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A number $n \in \mathbb{N}$ is called quasi-perfect if $\sigma(n) = 2n+1$, where $\sigma$ is the sum of divisors function. It is known that if $n$ is quasi-perfect, then it must be the square of an odd integer (an oddly beautiful Putnam problem from the 1970s). To date no number is known to be quasi-perfect.

My question concerns the existence of 'generalized' quasi-perfect numbers, or rather, let $a,b \in \mathbb{N} \cup \{0\}$ be fixed integers, and call an integer $n$ $(a,b)$ quasi-perfect if it satisfies $\sigma(n) = an+b$.

Are there any known values of $a,b$ for which the number of $(a,b)$ quasi-perfect numbers are known to be infinite?

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I wondered about this a while ago and dblues had some nice preliminary observations in the very last post of this AoPS thread: – Daniel m3 Sep 6 '13 at 16:42
Primes. You might consider negative b, otherwise the answer may turn out to be no. – The Masked Avenger Sep 6 '13 at 16:44

Clearly, if $n=p$ whith $p$ being prime answers the question. $\sigma(p)=p+1$ which proves the case for $a=b=1$

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Or, more generally, if you take any $m$, then $n=pm$ with $p$ coprime to $m$ gives $\sigma(pm)=(p+1)\sigma(m)$, which means $a=b=\sigma(m)$ works. – James Cranch Sep 7 '13 at 2:38
Sorry James, but that doesn't work. (Try m=5 and various p.) – The Masked Avenger Sep 7 '13 at 3:13
@JamesCranch Can you give a numeric example? You need $\sigma(pm)=a p m + b$ and your example doesn't appear of this form. – joro Sep 7 '13 at 12:06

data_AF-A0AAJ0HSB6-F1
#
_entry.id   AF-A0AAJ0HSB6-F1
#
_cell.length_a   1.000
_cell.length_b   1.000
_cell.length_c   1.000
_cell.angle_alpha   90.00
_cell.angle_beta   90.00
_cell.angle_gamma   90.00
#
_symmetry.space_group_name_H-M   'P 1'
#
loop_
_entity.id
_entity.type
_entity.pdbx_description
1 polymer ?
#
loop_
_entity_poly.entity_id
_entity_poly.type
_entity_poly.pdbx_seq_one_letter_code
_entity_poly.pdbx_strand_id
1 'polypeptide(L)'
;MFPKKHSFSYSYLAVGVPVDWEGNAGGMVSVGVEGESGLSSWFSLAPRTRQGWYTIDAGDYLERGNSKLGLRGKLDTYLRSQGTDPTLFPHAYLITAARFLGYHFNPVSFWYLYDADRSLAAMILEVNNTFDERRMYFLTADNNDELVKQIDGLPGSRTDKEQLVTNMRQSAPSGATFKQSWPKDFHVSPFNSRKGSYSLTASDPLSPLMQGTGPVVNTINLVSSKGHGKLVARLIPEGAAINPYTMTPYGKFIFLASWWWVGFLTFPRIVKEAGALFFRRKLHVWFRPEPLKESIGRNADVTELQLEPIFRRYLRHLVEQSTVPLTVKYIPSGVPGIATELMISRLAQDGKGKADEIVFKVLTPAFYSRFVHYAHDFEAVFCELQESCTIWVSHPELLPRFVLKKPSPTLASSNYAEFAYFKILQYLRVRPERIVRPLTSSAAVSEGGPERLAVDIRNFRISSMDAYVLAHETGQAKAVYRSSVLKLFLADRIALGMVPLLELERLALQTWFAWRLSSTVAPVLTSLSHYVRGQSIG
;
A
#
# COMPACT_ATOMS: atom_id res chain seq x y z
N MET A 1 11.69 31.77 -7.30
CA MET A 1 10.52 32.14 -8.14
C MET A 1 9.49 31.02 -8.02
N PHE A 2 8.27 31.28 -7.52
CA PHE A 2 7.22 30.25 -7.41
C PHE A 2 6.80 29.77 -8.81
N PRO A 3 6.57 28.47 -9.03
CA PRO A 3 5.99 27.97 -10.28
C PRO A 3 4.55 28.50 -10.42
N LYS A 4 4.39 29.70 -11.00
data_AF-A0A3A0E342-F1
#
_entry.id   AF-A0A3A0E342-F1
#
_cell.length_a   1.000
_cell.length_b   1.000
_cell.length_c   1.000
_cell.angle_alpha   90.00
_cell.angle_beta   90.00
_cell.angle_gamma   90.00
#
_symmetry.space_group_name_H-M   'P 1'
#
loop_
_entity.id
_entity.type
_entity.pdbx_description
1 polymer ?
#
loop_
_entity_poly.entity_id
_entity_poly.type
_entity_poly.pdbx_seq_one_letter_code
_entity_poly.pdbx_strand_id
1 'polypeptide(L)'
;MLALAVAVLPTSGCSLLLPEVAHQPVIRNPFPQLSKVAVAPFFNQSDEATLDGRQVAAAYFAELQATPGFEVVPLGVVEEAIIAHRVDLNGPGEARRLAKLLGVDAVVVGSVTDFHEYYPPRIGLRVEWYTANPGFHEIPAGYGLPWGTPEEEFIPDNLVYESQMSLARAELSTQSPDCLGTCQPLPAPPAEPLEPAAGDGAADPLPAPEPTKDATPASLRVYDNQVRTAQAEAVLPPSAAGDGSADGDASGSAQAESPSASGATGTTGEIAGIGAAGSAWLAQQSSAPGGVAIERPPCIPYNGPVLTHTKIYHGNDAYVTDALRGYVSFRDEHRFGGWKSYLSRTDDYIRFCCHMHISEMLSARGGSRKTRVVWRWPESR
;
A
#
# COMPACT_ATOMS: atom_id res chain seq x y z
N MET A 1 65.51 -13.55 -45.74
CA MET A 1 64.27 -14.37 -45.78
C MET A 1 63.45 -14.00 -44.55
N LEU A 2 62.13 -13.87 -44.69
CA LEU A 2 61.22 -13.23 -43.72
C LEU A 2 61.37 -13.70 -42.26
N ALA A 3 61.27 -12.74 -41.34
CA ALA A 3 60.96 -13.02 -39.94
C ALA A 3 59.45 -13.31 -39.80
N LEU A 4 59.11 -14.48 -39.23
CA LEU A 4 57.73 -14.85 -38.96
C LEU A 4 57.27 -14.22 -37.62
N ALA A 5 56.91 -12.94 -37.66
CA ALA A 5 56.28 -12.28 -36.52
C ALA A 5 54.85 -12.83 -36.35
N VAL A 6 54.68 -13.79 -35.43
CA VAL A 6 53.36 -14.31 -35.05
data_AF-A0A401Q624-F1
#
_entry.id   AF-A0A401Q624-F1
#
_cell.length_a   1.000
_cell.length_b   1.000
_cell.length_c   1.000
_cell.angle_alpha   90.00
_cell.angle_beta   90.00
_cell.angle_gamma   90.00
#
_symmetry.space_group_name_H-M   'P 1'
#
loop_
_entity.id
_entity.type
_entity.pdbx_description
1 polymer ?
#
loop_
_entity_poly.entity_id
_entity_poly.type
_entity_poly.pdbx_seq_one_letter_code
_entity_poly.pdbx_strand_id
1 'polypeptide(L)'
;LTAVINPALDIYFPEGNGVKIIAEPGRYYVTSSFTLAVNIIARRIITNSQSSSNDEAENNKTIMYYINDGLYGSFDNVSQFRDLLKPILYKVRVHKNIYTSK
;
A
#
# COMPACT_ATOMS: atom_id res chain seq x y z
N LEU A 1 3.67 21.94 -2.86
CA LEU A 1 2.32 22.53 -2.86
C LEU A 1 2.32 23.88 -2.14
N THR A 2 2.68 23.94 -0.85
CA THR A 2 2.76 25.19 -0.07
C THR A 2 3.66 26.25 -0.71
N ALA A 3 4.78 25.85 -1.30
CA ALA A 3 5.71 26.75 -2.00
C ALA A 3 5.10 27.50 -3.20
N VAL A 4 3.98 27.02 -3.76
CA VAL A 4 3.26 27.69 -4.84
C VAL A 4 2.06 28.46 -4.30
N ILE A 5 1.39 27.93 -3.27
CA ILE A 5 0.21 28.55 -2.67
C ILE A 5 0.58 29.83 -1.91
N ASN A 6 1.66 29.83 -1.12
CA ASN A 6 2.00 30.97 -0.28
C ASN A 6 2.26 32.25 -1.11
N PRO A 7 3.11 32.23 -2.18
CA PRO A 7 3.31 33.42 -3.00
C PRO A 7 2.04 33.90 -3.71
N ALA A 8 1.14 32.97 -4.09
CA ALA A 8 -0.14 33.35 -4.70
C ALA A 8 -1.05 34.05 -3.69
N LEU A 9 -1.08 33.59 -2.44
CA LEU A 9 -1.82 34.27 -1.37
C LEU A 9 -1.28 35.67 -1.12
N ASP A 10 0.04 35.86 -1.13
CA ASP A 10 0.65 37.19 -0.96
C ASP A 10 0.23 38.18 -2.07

Sorry: you're right, I'm wrong! – James Cranch Sep 7 '13 at 13:06

Unfortunately, I can only give some non-answers to this question.

In the case $b=0$, I believe the answer is still unknown. There are some references in Sandor, et al, The Handbook of Number Theory starting on page 105. In particular, the best that appears to be known is the following upper bound: $$ \#\{n \le x | \sigma(n) = a n\} \le c x^{c' \log \log \log x/ \log \log x} $$ for all $a \in \mathbb{Q}$. ($c,c'$ are independent of $a$.)

I believe Konstantinos's example could be extended slightly: if $a=1$ and $b\neq 1$, then the number of solutions should be finite.

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For similar questions searching OEIS might help.

Trying $\sigma(n) = 2 n + 2$ returns A088831 Numbers n whose abundance sigma(n)-2n=+2

A comment in the sequence:

If $2^n-3$ is prime (n is a term of A050414) then $2^{n-1}(2^n-3)$ is in the sequence.

I supposes it plausible that there infinitely many primes of the form $2^n-3$.


There are provable solutions for $a=2$ and for $a=k$ when k-multiperfect numbers $\sigma(m) = k m$ exist.

Let $m$ be perfect number ($\sigma(m)=2m$) and $p$ a prime coprime to $m$.

$\sigma( m p ) = 2 m ( p + 1 ) = 2 m p + 2 m$

$a=2, b=2 m$.

For k-multiperfect numbers $m$, $a=k, b= k m$.

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That seems to differ from what I was trying to do, insofar as it's actually correct. – James Cranch Sep 7 '13 at 13:57
@JamesCranch maybe your method will work for prime $p$ and $a$ rational (depending on sigma), yet the question is about integer $a$. – joro Sep 7 '13 at 14:08

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